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Hunting and Fishing Leases: How Georgia Law Protects Landowners

Written by: Joel McKie, Esq. 

Over the years, the Georgia General Assembly has enacted multiple laws to protect landowners from claims by parties who have been injured while on their property for recreational purposes. These acts have largely been enacted to incentivize property owners to allow others to use their property for hunting, fishing, and agritourism purposes.

The most commonly known statute is Georgia’s Recreational Property Act (“RPA”). Enacting in 1965, this statute generally provides that an owner of land owes no duty of care to keep his or her premises safe for entry or use by others for recreational purposes (as that term is defined in the act) or to give any warning of a dangerous condition, use, structure, or activity on the premises to persons entering for recreational purposes. O.C.G.A. § 51-3-22. However, if the owner charges the entrant a fee (which is often the case in the lease context) or there is evidence of a willful or malicious failure to guard or warn against a dangerous condition, use, structure, or activity, the RPA is generally inapplicable. However, there is an exception to the fee exception codified in O.C.G.A. § 27-3-1(e). Specifically, that provision extends the civil immunity granted in the RPA to “any owner of land, lessee of land, or lessee of the game or fishing rights to land who gives permission to another person to hunt, fish, or take wildlife upon the land with or without charge.” (emphasis added). Therefore, carefully crafted hunting and fishing leases can allow for the extension of RPA civil immunity to premise liability claims arising out of hunting and fishing even where there is a charge.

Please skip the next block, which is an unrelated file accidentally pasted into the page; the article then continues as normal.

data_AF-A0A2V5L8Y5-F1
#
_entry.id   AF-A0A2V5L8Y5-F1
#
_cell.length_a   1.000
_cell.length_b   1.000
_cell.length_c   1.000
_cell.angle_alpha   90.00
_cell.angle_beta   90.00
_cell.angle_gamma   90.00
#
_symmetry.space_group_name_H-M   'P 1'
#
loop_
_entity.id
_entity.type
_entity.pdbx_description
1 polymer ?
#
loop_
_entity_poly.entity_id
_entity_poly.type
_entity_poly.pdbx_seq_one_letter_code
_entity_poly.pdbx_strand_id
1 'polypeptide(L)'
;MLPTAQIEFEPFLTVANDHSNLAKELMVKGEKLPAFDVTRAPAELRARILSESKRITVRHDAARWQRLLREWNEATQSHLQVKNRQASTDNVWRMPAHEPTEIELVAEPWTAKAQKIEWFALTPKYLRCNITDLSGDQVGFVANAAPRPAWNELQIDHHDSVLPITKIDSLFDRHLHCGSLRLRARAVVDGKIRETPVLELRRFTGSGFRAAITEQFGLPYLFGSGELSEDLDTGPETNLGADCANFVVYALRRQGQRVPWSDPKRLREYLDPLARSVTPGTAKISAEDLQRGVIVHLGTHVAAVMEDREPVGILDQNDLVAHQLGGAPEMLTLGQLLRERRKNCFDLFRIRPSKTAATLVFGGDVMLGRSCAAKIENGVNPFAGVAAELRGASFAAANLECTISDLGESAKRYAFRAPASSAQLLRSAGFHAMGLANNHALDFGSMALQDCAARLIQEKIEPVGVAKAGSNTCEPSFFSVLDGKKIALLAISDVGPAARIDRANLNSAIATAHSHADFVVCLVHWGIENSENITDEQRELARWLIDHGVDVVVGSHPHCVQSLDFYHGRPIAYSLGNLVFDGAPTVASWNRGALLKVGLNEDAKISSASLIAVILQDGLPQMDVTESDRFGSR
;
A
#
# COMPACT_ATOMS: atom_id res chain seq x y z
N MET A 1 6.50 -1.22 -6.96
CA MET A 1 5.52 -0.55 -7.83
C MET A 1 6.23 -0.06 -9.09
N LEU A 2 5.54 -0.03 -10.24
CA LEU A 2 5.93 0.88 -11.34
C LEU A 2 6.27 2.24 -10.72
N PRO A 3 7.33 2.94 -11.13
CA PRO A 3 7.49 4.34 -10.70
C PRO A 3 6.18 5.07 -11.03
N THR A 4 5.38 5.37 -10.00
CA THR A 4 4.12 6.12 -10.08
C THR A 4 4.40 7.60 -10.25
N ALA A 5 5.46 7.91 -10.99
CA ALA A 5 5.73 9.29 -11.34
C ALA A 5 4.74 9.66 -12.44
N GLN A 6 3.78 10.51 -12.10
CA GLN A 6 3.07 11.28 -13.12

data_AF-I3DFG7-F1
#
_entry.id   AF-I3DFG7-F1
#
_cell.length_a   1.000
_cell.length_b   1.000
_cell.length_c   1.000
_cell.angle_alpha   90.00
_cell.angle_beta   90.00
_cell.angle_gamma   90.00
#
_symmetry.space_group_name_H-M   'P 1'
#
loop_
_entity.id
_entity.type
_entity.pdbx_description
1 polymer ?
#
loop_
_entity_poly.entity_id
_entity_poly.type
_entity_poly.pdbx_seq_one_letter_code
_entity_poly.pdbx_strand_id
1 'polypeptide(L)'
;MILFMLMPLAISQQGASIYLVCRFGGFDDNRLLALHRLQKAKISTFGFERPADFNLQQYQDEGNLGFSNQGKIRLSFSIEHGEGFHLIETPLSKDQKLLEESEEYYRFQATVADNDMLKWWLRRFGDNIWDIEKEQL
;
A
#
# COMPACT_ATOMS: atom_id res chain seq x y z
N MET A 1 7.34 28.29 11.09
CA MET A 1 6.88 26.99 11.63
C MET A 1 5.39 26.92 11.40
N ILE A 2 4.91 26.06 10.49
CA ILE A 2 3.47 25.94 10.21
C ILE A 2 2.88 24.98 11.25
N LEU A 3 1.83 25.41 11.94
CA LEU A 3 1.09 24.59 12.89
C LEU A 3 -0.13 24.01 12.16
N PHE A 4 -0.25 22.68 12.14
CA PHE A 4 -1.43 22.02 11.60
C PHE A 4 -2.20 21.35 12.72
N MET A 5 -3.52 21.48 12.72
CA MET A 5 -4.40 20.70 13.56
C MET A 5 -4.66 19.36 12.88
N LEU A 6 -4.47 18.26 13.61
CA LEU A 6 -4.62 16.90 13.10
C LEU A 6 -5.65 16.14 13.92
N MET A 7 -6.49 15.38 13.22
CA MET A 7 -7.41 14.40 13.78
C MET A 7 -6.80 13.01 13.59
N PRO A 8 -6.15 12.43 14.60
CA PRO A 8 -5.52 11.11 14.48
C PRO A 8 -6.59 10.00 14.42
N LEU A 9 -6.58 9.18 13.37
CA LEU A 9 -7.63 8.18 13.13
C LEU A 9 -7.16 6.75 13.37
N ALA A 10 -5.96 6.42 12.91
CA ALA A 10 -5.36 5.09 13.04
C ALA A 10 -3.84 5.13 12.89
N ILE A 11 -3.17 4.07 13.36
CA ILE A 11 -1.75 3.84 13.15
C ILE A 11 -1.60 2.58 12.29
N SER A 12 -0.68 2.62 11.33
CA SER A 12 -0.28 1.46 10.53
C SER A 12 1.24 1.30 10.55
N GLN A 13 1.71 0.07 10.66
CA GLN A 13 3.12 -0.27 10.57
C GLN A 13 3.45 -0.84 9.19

One additional statute fills some of the gaps left by O.C.G.A. § 27-3-1(e) and O.C.G.A. § 51-3-22 in cases where fees are charged for use of the recreational property. O.C.G.A. § 51-3-31(b), which was passed in 2009, provides that a landowner who charges admission for a person who is 18 years of age or older to hunt or fish on the owner’s property is immune from civil liability for any injuries caused by the inherent risk associated with hunting or fishing activity, provided that: (1) the landowner’s conduct does not constitute gross negligence or willful and wanton misconduct; (2) the landowner has posted at the main point of entry a sign with a warning notice stating certain statutorily prescribed language; and (3) the person who has paid admission to the landowner to enter such landowner’s property to hunt or fish has signed a waiver of liability form stating that the person entering the landowner’s property has waived all civil liability against the landowner for any injuries caused by the inherent risk associated with the hunting or fishing activity.

Therefore, for a landowner/lessor to avail itself of the protections created by O.C.G.A. § 51-3-31(b), the lessor should require the lessee to have all hunters sign a waiver of liability/release substantially similar to the following language:

“Warning

Under Georgia law, there is no liability for an injury or death of a hunting or fishing participant at least 18 years of age conducted at this location if such injury or death results from the inherent risks of such hunting or fishing activity. Inherent risks of hunting or fishing activities include, but shall not be limited to, the potential of you to act in a negligent manner that may contribute to your injury or death and the potential of another participant to act in a negligent manner that may contribute to your injury or death. You are assuming the risk of participating in this hunting or fishing activity.”

In sum, a landowner wishing to allow someone to hunt or fish can take significant steps to protect themselves against civil liability. While much of these steps are inherent in the law now, a strong lease drafted by counsel that requires every hunter or fisherman entering the recreational property to sign a release of liability and acknowledgment of the rights created by the above-described statutes goes a long way toward protecting a landowner from civil liability in Georgia.

All information provided in this article is for informational purposes only, is not intended to be relied upon without consultation with counsel, and does not constitute legal advice.